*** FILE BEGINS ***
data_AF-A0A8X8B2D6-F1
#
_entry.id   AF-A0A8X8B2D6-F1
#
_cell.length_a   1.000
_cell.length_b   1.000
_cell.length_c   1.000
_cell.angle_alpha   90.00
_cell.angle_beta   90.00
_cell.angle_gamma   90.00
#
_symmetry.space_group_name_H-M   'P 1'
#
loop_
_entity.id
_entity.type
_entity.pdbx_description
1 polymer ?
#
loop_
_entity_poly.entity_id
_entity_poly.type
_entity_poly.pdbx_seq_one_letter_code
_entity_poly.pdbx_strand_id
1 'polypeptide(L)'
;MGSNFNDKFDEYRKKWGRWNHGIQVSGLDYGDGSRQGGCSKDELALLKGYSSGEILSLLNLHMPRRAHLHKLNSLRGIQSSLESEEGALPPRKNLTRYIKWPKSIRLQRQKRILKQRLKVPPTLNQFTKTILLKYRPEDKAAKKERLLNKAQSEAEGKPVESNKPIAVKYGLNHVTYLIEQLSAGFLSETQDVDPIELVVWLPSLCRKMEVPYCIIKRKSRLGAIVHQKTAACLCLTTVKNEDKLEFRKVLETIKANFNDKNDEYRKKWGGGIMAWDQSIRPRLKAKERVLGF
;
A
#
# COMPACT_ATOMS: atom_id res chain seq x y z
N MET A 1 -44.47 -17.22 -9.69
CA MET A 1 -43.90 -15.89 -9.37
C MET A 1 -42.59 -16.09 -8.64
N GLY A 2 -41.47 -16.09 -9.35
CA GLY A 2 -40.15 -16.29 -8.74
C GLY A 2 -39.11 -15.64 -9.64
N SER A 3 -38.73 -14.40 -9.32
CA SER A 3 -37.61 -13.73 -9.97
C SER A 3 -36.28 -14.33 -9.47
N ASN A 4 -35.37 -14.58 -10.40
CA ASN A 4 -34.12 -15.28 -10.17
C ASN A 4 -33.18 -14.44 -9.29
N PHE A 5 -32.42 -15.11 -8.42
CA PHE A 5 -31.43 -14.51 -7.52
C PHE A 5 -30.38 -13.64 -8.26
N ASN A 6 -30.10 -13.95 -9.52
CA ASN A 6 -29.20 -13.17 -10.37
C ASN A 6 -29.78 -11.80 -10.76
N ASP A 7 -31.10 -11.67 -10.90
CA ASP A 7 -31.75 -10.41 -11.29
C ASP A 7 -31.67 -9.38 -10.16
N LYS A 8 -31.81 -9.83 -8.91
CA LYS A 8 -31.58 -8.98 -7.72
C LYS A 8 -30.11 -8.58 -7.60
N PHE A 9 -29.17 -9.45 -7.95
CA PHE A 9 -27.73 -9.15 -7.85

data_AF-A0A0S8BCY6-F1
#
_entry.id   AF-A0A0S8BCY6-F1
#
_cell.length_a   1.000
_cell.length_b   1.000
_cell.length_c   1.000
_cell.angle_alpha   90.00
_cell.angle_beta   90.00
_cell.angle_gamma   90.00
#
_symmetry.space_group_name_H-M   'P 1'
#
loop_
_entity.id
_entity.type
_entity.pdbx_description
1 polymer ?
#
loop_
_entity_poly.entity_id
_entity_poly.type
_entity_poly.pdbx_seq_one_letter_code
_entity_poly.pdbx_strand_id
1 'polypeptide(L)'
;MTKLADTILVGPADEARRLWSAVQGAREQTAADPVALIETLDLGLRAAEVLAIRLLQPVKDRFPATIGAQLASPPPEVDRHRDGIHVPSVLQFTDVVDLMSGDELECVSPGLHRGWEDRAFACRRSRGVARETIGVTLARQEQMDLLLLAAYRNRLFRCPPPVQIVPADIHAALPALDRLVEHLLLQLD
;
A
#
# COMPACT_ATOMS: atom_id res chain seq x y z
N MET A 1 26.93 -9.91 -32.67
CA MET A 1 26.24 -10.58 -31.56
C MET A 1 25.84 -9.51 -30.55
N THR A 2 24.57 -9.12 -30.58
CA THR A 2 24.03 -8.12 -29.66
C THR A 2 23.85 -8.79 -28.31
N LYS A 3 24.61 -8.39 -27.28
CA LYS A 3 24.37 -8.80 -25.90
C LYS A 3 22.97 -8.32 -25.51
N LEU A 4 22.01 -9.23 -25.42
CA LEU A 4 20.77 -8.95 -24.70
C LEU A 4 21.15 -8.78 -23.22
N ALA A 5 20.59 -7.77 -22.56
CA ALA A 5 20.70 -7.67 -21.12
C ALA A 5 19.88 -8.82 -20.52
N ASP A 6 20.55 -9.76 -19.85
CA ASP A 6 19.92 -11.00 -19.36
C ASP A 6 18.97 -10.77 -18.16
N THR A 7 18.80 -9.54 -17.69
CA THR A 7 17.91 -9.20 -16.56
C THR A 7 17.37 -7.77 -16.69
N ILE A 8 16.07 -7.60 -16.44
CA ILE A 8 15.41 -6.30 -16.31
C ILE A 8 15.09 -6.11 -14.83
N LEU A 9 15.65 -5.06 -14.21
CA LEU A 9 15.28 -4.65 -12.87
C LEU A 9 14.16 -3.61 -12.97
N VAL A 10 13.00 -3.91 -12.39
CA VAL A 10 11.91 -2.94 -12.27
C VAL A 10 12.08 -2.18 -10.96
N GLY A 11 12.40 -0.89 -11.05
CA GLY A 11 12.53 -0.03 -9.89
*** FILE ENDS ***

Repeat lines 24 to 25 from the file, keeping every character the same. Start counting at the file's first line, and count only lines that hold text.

_entity_poly.pdbx_strand_id
1 'polypeptide(L)'